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Mendel and
his wacky
What is genetics?
study of
Gregor Mendel
Born in 1822 in
Became a monk at
a monastery in
Taught biology and
had interests in
Also studied at the
University of Vienna
Mendel continued
Most famous for his
work with pea plants
Between 1856 and
1863 he grew and
tested over 28,000
pea plants
(That’s what he is
contemplating so
seriously in the
Why Peas?
Easy to grow.
Easily identifiable
– a specific
 Trait
Can work with large
numbers of samples
Mendel’s experiments
The first thing Mendel did was
create a “pure” plant or truebreeding plant.
breeding – If the parent repeatedly
only produce offspring with the same trait
 True
• For example: A plant
true-breeding for
purple flowers will
always produce
offspring with purple
Mendel’s experiments
What happens if you cross two
plants which are true-breeding for
contrasting traits???
purple flowers x white flowers
wrinkled seeds x smooth seeds
tall plants x short plants
etc, etc, etc,
Mendel’s experiments
He always found the
same pattern
True-breeding parents
He discovered that
even though one of the
parent plants had white
flowers, ALL of the
offspring had purple
Mendel’s experiments
Mendel repeated this experiment with
other traits, in every case, one trait
“won out”
For example: Purple flower color “won out”
over white flower color. Smooth seed texture
“won out” over wrinkled seed texture.
Mendel’s experiments
Mendel called the trait that
“won out” in the offspring
dominant (purple flowers) .
He called the trait that
dissappeared in the offspring
recessive (white flowers) .
Mendel’s experiments
What would happen when
Mendel let the offspring selfpollinate? Was the next
generation true-breeding for
the dominant trait?
 Would
Mendel continue to see
only purple flowers?
The white
(about ¼)
From his experiments, Mendel
concluded two things
1. Inheritance is determined by factors
passed on from one generation to
Today these “factors” are called genes, but
Mendel knew nothing about chromosomes,
genes or DNA because there terms hadn’t
been identified yet
Allele – difference forms of a gene
From his experiments, Mendel
concluded two things
2. Some alleles are dominant while
other are recessive.
An organism with a dominant allele for
a trait will always express that allele.
An organism with a recessive allele for
a trait will express that form only when
the dominant allele is not present.
Which led him to create to
“laws” of inheritance
1. The Law of Segregation: Two
factors (alleles) control each
specific characteristic (gene).
These factors (alleles) are
separated during the formation of
gametes (sex cells).
Which led him to create to
“laws” of inheritance
2. The Law of Independent
Assortment: Factors (alleles) for
different characteristics (genes) are
distributed to gametes (sex cells)
independently. This means that the
allele for seed texture isn’t
dependent on the allele for plant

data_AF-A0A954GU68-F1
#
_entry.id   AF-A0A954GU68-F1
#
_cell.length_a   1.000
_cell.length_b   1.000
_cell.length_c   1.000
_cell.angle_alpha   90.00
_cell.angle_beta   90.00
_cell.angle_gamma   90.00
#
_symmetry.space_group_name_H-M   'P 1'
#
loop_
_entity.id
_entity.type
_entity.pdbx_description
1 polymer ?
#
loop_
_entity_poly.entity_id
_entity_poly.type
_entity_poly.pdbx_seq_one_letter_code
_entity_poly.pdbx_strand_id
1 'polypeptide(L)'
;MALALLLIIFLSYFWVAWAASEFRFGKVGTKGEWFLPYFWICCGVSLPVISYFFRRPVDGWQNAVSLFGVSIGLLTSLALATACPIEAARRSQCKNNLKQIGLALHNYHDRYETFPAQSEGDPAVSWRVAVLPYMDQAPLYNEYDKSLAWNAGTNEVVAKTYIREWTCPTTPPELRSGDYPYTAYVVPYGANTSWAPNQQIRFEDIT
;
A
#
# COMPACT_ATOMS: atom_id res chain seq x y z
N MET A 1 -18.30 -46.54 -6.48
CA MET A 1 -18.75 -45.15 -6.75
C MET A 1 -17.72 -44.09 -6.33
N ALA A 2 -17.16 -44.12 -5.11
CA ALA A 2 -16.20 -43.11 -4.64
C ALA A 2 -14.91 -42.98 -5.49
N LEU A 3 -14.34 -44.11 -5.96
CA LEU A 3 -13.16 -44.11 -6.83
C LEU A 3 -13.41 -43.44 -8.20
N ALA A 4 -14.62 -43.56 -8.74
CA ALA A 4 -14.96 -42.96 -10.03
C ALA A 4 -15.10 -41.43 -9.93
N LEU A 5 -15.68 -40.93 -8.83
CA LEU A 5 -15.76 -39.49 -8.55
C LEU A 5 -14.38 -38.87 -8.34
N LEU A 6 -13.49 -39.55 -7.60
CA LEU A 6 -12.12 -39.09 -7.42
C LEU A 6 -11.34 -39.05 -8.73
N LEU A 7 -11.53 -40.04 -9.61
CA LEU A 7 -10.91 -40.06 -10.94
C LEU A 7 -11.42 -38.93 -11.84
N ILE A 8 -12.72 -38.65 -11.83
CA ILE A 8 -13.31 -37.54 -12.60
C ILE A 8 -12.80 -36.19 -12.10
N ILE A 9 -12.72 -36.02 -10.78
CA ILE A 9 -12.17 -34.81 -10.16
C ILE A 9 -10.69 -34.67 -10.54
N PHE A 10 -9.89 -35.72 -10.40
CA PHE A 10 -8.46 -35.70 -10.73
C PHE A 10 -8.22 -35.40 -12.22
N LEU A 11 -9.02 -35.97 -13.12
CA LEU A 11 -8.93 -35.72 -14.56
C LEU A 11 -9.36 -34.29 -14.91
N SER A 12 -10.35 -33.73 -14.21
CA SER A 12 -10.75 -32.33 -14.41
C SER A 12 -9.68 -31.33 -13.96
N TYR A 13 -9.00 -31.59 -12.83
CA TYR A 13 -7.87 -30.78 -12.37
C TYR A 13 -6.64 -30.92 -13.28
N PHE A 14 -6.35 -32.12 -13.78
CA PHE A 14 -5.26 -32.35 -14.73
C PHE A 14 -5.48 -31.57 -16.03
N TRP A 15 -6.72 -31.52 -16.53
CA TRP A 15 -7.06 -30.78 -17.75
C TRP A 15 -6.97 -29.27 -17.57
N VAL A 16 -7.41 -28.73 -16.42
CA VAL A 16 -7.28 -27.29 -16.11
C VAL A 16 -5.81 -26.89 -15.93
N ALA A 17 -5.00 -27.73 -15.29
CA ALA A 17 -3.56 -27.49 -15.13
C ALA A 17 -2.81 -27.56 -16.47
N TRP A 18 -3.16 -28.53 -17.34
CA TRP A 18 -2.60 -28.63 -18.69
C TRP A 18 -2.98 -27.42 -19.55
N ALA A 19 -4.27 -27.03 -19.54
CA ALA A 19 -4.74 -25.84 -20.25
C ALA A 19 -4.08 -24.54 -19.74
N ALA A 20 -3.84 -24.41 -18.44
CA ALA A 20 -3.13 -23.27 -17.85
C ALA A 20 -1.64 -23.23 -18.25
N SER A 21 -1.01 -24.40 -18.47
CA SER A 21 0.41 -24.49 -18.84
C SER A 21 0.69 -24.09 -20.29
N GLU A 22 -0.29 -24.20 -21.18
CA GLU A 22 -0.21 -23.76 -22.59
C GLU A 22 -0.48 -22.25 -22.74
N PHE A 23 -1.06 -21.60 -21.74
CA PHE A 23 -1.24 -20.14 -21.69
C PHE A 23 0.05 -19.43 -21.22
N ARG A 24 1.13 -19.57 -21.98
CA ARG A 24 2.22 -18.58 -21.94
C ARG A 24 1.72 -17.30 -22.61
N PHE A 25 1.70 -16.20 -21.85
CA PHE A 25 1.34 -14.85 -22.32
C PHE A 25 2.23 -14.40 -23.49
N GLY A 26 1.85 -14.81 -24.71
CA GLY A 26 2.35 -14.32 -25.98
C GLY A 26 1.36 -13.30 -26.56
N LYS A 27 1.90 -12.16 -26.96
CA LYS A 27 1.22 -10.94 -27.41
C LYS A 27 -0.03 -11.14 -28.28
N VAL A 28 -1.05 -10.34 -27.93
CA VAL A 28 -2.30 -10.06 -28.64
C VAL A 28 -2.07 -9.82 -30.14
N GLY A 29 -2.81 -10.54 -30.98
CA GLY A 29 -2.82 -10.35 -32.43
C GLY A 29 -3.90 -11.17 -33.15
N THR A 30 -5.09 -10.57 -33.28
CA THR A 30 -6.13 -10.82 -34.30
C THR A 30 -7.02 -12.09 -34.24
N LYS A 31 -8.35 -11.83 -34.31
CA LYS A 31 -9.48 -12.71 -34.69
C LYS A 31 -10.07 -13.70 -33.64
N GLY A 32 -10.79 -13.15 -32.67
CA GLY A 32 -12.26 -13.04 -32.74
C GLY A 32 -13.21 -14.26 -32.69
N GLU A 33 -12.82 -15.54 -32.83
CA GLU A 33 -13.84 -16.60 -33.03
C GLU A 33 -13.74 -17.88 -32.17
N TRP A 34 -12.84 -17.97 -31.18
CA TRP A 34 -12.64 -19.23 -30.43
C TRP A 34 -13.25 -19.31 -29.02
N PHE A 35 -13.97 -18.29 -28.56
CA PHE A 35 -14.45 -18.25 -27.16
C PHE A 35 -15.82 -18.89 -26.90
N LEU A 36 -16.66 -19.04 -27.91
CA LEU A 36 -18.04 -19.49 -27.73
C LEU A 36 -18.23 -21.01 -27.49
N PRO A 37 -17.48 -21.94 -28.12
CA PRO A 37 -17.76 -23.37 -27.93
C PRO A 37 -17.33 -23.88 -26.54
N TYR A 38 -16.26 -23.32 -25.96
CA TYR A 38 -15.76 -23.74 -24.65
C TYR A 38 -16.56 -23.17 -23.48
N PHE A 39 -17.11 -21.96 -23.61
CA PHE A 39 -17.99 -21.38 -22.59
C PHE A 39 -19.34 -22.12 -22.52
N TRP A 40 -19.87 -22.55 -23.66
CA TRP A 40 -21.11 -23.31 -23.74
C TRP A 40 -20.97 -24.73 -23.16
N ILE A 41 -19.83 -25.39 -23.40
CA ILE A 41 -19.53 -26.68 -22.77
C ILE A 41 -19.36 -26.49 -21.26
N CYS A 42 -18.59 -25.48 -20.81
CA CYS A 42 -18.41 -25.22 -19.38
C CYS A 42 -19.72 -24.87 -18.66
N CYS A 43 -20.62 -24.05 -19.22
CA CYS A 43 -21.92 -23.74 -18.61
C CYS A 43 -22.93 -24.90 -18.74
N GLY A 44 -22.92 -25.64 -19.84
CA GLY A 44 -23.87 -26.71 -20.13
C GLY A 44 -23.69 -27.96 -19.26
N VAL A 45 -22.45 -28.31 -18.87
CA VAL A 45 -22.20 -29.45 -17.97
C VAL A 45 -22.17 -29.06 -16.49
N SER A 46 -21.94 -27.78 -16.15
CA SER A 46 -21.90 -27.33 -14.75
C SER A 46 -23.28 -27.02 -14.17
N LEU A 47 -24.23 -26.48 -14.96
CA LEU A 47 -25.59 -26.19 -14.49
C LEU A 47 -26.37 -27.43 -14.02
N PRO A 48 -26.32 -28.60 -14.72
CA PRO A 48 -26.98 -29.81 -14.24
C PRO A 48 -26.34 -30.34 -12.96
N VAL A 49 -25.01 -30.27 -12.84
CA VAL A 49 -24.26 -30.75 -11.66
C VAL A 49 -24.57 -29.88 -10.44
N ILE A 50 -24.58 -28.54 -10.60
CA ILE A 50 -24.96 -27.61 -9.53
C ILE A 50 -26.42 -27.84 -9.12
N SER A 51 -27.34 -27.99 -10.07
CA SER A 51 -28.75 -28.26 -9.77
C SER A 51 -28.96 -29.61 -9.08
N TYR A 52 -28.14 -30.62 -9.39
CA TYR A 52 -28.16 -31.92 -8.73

height, etc.
The likelihood of a
particular event
Can be expressed as a
fraction, percent or ratio.
The more trials performed, the closer
the actual results to the expected
Punnett Square
A diagram used to
show the probability
or chances of a
certain trait being
passed from one
generation to
Using a Punnett square
Gametes are placed above and
to the left of the square
2. Offspring are placed in the
3. Capital letters represent
dominant alleles. (Y)
4. Lower case letters represent
recessive alleles. (y)
Punnett square example
In a cross between PP x Pp. What percent of
the offspring would you expect to be purple?
One parent goes here
P = purple, p = white
One parent goes here
Let’s do another one…
In a cross between Pp x Pp. What percent of
the offspring would you expect to be white?
P = purple, p = white
Dominant – allele, which if present, will
ALWAYS be expressed
Represented by a capital letter, usually the first
letter of the dominant trait
Recessive – allele, which will only be
expressed in the absence of a dominant
Represented by a lowercase letter, the same
letter as the dominant trait, just lowercase
For example: Tall is dominant over short,
T = tall, t = short
Homozygous = when an organism
has two identical alleles.
 YY
or yy
Heterozygous = when an organism
has different alleles.
 Yy
 The
genetic makeup
 Symbolized with letters
 For example: Tt or TT
 Physical
appearance of an organism
 Description of the trait
 For example: Tall, short, purple, white
Some exceptions to
Mendel’s principles:
Some alleles are neither
dominant nor recessive.
Many traits are controlled by
more than one gene (polygenic
Incomplete dominance
A situation in which neither allele is
When both alleles are present a “new”
phenotype appears that is a blend of
each allele.
Alleles will be represented by capital
letters only.
Japanese four-o-clock
Red flower plant genotype = RR
White flower plant genotype = WW
Pink flower plant genotype = RW
What happens when a
red flower is crossed
with a white flower?
According to
Mendel either
some white and
some red or all
offspring either
red or white.
All are pink
When two alleles both appear in the
Usually signified using superscripts.
example: color of hair coat in cattle.
crcr = red hairs
cwcw = white hairs
crcw = roan coat (mixture of both colors)
Roan cattle inheritance
Multiple allele
When two or more alleles contribute to
the phenotype.
Human blood types: A,B,O and AB
A and B are codominant to each other.
Both A and B are dominant over O.
How common are the
different blood types?
Polygenic traits
Traits controlled by two or more
 Human height,
eye and skin